NCAA's Academic Report Hits Black Colleges Hardest
Thursday, May 3rd 2007, 7:57 am
News On 6
INDIANAPOLIS (AP) _ Big-money athletic programs avoided most of the NCAA's penalties. Next year, they might not be so lucky.
The latest Academic Progress Report released by the NCAA on Wednesday showed only 11 BCS teams were punished for poor classroom performance, while historically black colleges and universities accounted for 13 percent of all sanctioned schools. Of the 49 warning letters sent out, 13 went to Louisiana teams.
That discrepancy could change next year when the NCAA plans to drop a mathematical calculation that helped some BCS teams avoid punishment this year, and NCAA president Myles Brand is already sounding the warnings.
``Many more teams could be subject to these penalties next year,'' he said. ``We've written letters to coaches and others saying we are concerned about this issue and we want to help put together plans that will help them improve.''
That's little consolation to the schools already facing penalties. This is the first time the NCAA has sent out warning letters based on academic performance.
The NCAA compiles an APR, which measures eligibility and retention of student athletes, for every program at every Division I school.
Teams scoring less than 925 _ the equivalent of a 60 percent graduation rate under the NCAA's formula _ received warning letters and could face harsher sanctions over the next three years. A second offense during that time would result in a reduction of practice time or games played. A third offense would result in disqualification from NCAA tournaments.
Louisiana-based Nicholls State received the second-most warning letters in four sports: baseball, men's cross country and women's indoor and outdoor track. Texas Southern in Houston received five.
BCS teams, in contrast, received no warning letters and the most prominent programs cited were Arizona's football team and the men's basketball teams at Cincinnati and Iowa State, which could all lose scholarships next year.
Brand believes the disparity is primarily about money.
``It's more about low-income, low-resource schools,'' he said. ``We're concerned about all schools with a low-support basis, and there are a number of HBCUs in that category. We're trying to provide them with the resources to do better.''
HBCUs received more than 50 waivers, excusing them from penalties for now, NCAA vice president Kevin Lennon said. The NCAA didn't have the figures on how many hurricane-affected schools got waivers.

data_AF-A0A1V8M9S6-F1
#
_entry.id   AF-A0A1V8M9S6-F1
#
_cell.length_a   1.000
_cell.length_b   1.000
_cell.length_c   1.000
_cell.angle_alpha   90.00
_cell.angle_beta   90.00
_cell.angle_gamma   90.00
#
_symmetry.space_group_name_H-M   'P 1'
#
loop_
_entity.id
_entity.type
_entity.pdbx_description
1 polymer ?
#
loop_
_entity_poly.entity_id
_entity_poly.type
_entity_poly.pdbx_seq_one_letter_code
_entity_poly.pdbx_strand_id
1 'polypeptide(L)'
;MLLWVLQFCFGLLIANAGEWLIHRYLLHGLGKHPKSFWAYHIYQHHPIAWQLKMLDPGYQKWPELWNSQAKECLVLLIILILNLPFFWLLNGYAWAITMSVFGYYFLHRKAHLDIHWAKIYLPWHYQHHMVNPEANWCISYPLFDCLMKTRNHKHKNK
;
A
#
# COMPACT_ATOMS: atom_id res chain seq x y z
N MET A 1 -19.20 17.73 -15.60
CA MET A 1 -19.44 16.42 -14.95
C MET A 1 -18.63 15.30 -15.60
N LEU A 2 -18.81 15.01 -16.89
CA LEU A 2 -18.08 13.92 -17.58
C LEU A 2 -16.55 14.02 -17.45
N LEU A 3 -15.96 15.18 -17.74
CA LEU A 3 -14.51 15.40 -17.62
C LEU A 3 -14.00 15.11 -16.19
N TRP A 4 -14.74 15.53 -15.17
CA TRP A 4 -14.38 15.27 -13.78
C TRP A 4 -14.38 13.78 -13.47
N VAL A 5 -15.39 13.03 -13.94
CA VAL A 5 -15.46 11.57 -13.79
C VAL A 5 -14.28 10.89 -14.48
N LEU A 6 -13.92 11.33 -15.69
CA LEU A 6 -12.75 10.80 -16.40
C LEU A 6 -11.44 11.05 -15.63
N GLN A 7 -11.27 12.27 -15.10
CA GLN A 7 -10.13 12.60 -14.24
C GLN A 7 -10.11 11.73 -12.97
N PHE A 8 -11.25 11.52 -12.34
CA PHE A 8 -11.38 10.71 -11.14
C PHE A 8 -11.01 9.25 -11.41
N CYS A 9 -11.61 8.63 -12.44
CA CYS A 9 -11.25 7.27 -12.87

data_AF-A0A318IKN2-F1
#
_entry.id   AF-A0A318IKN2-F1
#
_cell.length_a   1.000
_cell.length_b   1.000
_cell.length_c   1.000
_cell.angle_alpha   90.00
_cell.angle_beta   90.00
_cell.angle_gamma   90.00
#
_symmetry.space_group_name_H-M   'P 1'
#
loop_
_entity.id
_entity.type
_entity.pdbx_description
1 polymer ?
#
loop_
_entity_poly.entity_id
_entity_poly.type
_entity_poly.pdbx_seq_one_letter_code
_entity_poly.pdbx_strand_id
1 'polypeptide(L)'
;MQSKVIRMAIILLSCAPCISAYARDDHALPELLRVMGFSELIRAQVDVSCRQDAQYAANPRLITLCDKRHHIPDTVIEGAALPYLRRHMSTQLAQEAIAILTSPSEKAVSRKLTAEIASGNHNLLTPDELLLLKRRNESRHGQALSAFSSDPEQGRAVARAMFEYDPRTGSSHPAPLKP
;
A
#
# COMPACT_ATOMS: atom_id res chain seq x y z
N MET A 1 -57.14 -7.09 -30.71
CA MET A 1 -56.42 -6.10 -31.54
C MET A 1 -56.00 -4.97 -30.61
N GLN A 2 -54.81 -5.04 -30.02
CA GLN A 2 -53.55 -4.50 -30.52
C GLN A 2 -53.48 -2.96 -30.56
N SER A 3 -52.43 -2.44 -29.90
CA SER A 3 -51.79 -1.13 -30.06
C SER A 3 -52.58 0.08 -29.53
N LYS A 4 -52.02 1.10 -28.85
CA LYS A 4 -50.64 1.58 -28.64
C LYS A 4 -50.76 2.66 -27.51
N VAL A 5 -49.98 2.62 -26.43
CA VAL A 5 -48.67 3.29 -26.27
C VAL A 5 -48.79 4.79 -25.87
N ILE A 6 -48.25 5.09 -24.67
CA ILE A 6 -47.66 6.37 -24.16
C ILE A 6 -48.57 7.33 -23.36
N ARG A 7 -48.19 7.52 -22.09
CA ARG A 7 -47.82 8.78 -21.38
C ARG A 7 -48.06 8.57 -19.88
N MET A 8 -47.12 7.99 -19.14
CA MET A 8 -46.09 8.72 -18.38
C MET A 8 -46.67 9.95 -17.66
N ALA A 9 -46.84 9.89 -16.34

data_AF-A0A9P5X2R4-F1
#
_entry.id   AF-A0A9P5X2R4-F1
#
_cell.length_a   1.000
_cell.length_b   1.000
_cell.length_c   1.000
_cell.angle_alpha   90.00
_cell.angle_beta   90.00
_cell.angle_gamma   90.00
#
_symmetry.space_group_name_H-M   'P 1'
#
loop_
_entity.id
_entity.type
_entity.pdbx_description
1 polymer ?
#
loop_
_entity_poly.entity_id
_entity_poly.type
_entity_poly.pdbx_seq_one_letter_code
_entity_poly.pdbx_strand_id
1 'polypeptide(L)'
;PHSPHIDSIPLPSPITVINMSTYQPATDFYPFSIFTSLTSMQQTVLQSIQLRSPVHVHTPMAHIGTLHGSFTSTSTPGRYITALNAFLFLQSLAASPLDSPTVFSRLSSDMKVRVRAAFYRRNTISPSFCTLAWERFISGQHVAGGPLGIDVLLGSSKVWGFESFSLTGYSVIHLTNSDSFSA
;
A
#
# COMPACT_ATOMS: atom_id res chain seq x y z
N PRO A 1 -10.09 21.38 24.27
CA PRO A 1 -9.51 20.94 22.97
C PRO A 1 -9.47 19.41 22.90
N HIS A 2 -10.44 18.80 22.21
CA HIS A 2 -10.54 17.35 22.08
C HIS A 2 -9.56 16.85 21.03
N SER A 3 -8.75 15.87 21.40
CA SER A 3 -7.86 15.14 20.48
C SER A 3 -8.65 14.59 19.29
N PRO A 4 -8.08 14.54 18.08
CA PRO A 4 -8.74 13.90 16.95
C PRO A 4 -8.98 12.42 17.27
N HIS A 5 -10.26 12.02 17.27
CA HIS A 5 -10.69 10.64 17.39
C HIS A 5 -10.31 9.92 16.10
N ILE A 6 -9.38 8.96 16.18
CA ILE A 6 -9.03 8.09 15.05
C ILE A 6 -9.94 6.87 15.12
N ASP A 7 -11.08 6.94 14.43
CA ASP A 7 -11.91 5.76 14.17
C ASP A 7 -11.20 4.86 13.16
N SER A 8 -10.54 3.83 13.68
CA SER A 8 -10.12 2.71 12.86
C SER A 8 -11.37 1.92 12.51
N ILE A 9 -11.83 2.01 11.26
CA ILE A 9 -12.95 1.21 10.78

Texas Southern athletic director Alois Blackwell and Southern University sports information director Kevin Manns concur. Manns pointed to LSU's massive academic center as an example of what can be bought.
But Blackwell does not believe that's an excuse.
``I'm not saying you can't (succeed), but it makes it a little more difficult for you to do it,'' Blackwell said.
Brand praised New Orleans' Tulane University for its strong academic performance despite Hurricane Katrina _ all seven of its teams scored 940 or better.
``What Tulane and these other schools have been through is one of the worst historical situations possible,'' Brand said. ``If Tulane can accomplish that, it's just remarkable.''
Brand has committed the NCAA to helping schools improve, through planning and counseling and now with providing grants for academic projects. Last week, the NCAA's board of directors approved a $1.6 million fund that will help low-income schools starting next year.
``We want to help give those schools a jump-start in those academic areas,'' Brand said.
If a team's score fell under 900, it could lose scholarships based on the number of ineligible players leaving school during the next year. No team could lose more than 10 percent of its allotted scholarships, so football teams would lose up to nine players while basketball teams would lose only two.
Tennessee-Chattanooga and San Jose State were the only two schools that received warning letters and also face the loss of scholarships. Each were cited in football. Tennessee-Chattanooga also was penalized in wrestling, while San Jose State was cited in men's soccer.
The NCAA expects those results to be more balanced next year when a fourth year of data is added to the equation.
``We have seen in football and baseball significant improvement the last two years,'' Brand said. ``Unfortunately, we have not seen that in basketball. Unless we significant improvement or plans for recovery, I think we'll see more penalties next year and significantly more.''
Wednesday's report showed women's teams continued to perform better academically than men's teams. Women's teams averaged a score of 970, men's teams 950. Thirteen women's teams were cited, compared with 99 men's squads.
Although no sport averaged less than 925 during the three-year period, football, baseball and men's basketball consistently compiled the lowest scores and most citations.